Another gem from my summer reading.
‘I am with you at present,’ said Gandalf, ‘but soon I shall not be. I am not coming to the Shire. You must settle its affairs yourselves; that is what you have been trained for. Do you not yet understand? My time is over: it is no longer my task to set things to rights, nor to help folk to do so. And as for you, my dear friends, you will need no help. You are grown up now. Grown indeed very high; among the great you are, and I have no longer any fear at all for any of you.’ ~ J. R. R. Tolkien, The Return of the King
I was reminded of an article I read some time ago, “The Education of the Hobbits.” Long read, but such good stuff for those of us passionate about reforming education in our homes and communities. Here’s an excerpt:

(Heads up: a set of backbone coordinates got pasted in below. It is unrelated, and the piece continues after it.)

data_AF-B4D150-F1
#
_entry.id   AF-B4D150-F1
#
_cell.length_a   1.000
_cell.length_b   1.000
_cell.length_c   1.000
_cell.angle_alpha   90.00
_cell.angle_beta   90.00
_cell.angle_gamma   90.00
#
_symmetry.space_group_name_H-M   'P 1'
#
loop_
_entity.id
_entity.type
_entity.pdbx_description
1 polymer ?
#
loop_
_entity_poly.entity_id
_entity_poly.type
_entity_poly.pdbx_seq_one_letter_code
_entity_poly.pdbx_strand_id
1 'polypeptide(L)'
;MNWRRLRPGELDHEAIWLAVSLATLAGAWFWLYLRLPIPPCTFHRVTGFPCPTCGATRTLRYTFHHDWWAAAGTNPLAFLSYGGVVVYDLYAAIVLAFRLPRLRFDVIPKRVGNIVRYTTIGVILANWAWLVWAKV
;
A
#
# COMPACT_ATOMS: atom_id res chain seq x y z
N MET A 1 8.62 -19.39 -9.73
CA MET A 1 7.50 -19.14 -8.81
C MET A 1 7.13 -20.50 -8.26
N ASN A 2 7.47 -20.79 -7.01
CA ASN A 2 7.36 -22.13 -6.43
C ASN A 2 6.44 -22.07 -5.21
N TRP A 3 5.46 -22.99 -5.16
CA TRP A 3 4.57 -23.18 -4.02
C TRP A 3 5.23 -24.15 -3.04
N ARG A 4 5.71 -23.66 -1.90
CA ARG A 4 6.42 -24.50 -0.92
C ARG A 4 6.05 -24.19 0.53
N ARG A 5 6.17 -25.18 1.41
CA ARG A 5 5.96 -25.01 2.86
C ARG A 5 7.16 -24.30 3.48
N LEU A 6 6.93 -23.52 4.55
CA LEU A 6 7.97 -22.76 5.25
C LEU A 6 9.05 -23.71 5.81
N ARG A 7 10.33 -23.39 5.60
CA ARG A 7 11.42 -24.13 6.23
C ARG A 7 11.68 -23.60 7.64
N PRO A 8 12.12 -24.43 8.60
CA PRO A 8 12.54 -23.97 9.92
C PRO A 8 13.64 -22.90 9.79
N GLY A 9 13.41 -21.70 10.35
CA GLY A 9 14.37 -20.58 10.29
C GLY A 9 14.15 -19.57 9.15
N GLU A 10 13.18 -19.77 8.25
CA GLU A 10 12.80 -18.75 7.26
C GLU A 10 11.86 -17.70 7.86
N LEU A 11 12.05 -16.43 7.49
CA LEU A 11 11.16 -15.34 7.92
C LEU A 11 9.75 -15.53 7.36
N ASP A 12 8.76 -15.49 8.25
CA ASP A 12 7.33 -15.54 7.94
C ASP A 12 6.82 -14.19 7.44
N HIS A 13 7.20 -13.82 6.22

Frodo is not honored by his countrymen in the way the other Travellers are, yet he quietly makes the greatest contribution to the flowering of the Shire. Before setting off for his place of rest and consolation, Frodo commits the Red Book to Sam. The Red Book contains the tales of the hobbits’ great deeds in full, along with Bilbo’s “Tales from the Elvish.” The great story, the story that the Travellers entered, has ennobled them and made them fit to take their place among the great of their times and of history. Frodo charges Sam to make sure that it never forgotten in the Shire. “You will be the Mayor, of course, as long as you want to be, and the most famous gardener in history; and you will read things out of the Red Book and keep alive the memory of the age that is gone, so that people will remember the Great Danger and so love their beloved land all the more. Read the rest at the Imaginative Conservative